E-books have not spelled the demise of the local library in New York. In fact, according to a new report from the Center for an Urban Future, 40.5 million people visited the city’s public libraries, more than all of the city’s professional sports teams and major cultural institutions combined.
The report released on Tuesday, "Branches of Opportunity," looks at the changing role of the city’s libraries in the digital age. It finds that while public libraries are serving more New Yorkers than ever, they are "undervalued by policymakers and face growing threats."
New York City’s library system is a unique hybrid. Three organizations — the New York Public Library, along with the Brooklyn and Queens libraries— operate 206 local branches throughout the five boroughs.
Serving New Roles in Communities
The report says public libraries in New York are most popular with seniors, foreign-born New Yorkers, at-risk teens and freelance workers and that they serve visitors in four key areas:
- Helping adults upgrade work skills and find jobs.
- Assisting immigrants with assimilation.
- Fostering reading skills in young people.
- Providing technology access for those without a computer or Internet connection at home — an estimated 36 percent of New York City’s population does not have broadband.
In the borough with the highest poverty and unemployment rate, the Bronx, 19 of the 35 branches have at least doubled their attendance since 2002.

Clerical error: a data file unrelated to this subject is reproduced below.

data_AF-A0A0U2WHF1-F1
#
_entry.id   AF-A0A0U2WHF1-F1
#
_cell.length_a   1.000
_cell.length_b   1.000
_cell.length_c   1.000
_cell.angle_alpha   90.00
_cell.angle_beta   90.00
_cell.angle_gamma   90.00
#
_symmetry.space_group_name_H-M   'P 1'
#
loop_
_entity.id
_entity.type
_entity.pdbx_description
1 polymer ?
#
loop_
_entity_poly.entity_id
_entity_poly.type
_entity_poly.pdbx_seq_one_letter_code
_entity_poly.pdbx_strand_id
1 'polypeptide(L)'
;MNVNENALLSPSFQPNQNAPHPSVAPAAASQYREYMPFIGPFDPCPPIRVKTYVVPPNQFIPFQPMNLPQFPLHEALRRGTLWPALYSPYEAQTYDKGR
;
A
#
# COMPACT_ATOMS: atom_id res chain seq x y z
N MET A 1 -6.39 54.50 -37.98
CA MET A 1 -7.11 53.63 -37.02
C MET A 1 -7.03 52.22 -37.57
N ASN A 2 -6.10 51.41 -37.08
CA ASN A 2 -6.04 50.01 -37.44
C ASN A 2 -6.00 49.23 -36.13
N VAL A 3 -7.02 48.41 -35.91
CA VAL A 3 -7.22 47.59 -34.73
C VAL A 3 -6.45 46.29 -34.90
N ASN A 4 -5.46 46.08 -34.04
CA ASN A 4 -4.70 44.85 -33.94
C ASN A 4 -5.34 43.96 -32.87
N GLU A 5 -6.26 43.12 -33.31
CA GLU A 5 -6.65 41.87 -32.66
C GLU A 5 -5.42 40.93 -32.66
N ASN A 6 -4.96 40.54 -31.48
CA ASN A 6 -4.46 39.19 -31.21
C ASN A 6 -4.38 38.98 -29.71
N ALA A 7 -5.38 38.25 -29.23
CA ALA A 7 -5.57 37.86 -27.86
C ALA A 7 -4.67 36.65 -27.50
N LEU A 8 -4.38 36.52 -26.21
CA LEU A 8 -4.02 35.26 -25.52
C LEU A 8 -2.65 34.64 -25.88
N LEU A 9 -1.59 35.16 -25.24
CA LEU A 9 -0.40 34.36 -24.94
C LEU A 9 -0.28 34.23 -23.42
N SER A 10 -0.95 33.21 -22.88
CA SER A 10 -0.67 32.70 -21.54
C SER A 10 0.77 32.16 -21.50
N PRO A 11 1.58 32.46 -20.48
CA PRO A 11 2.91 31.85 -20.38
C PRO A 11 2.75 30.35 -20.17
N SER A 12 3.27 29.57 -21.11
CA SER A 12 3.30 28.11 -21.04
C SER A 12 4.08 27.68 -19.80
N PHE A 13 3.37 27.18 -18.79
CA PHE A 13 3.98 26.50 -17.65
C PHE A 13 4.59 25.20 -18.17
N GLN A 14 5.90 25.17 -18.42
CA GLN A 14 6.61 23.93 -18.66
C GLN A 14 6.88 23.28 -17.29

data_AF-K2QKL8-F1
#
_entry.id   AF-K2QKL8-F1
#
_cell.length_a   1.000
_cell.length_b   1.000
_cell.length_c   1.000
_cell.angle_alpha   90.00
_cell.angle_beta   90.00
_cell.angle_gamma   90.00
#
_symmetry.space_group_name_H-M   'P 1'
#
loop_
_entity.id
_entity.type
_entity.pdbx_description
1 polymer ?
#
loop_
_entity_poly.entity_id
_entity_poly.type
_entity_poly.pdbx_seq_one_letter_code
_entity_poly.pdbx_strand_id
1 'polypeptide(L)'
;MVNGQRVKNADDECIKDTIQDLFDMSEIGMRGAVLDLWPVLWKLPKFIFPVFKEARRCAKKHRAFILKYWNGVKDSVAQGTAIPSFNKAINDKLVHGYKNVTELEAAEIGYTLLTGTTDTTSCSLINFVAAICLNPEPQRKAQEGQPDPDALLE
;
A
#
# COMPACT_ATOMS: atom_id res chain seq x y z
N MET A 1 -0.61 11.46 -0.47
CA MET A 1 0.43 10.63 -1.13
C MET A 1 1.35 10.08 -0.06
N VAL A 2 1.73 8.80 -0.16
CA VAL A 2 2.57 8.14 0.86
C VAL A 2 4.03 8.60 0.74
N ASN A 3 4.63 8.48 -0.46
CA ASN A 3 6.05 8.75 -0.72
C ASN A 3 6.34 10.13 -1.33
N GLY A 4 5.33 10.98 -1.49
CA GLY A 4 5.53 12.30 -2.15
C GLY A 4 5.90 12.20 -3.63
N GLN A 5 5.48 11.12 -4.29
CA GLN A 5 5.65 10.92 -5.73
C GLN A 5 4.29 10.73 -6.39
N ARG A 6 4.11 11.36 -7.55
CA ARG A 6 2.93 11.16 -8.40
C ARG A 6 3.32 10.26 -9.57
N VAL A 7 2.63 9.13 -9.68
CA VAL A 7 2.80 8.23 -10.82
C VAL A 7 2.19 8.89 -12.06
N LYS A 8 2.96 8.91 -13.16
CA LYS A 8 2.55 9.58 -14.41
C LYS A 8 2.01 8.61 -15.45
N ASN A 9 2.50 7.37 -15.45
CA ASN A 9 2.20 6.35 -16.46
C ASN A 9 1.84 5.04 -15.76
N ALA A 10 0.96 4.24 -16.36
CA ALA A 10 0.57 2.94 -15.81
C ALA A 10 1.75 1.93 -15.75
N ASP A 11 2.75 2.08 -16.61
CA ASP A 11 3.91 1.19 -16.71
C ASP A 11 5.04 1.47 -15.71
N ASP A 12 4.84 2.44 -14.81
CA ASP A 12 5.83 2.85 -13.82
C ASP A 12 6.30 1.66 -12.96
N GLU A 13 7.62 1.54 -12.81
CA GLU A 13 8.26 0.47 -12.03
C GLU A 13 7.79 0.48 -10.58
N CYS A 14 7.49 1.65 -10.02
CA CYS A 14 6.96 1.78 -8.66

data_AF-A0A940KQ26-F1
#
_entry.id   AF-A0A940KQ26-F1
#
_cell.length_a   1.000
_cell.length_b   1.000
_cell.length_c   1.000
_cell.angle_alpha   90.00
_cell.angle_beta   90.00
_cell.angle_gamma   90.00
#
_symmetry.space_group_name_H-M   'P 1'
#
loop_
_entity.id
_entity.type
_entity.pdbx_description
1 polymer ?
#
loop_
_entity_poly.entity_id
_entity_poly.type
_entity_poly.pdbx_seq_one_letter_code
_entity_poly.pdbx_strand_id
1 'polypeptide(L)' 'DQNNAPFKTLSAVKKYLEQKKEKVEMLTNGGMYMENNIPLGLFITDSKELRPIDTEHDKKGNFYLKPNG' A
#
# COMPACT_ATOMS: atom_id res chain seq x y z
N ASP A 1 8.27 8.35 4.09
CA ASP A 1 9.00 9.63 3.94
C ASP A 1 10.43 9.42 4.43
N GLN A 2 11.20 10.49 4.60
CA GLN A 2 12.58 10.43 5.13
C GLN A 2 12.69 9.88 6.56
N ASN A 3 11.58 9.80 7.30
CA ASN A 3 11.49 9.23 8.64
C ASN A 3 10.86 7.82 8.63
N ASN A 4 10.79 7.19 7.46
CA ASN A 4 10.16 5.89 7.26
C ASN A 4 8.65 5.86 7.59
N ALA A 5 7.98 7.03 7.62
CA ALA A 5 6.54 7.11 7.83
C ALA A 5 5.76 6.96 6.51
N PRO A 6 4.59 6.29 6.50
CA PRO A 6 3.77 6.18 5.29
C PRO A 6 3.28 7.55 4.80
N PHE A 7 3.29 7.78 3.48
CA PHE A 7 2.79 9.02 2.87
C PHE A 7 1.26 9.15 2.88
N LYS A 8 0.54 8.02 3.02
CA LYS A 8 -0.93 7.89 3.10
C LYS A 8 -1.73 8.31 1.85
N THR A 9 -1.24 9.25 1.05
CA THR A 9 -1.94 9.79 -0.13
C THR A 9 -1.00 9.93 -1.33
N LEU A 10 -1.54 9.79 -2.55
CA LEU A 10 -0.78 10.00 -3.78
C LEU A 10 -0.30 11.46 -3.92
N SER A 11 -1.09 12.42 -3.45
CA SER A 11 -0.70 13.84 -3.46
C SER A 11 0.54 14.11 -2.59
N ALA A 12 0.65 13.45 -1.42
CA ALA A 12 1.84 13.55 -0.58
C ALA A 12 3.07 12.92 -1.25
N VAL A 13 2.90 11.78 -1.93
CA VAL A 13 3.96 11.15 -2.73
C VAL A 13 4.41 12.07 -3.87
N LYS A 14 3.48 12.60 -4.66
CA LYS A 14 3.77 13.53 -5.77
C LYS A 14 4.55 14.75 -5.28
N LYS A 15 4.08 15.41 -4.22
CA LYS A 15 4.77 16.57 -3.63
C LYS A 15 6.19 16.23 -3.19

"The libraries are of critical importance to under-served youth and adults," says Denise Scott, the managing director of the New York City program for the Local Initiatives Support Corporation (LISC), according to the report.
The Science and Business Library in Manhattan provides entrepreneurs with free access to research databases and operates a mentoring program with SCORE, the Service Corps of Retired Executives. It claims to have helped launch at least 250 small businesses.
Brooklyn’s Central Library is being renovated to accommodate more computers, conference rooms, a 36-seat classroom and a digital recording studio. The goal is to provide more access to education and create a work environment.
"People are using Starbucks in much the same we want them to use the library," Linda Johnson, President of the Brooklyn Public Library, told WNYC.
But the report says that the city’s libraries have spent the last four years fighting off budget cuts. "New York policymakers, social service leaders and economic officials have largely failed to see the public libraries as the critical 21st century resource that they are."
While many proposed budget reductions have eventually been restored, financial instability has limited library executives’ ability to plan and invest in future infrastructure or services. Library officials estimate that an additional $50 million a year in city operating funds would allow all three systems to stay open an average of 50 hours a week, more than the current average opening hours of 43 hours per week.
Among other recommendations, the report’s authors suggest that New York libraries:
- Partner with tech companies and government agencies to create new learning and career centers.
- Pursue new sources of revenue, like soliciting wealthy donors.
- Consider new ways of building virtual lending platforms for ebooks, videos and audio files.
While libraries have become de facto community centers, they are still working on becoming digital lenders. According to Overdrive CEO Steve Potash, e-book distributors are more "committed to working with libraries to build a better online user experience for their patrons…if the websites facilitated book purchases as well as checkouts."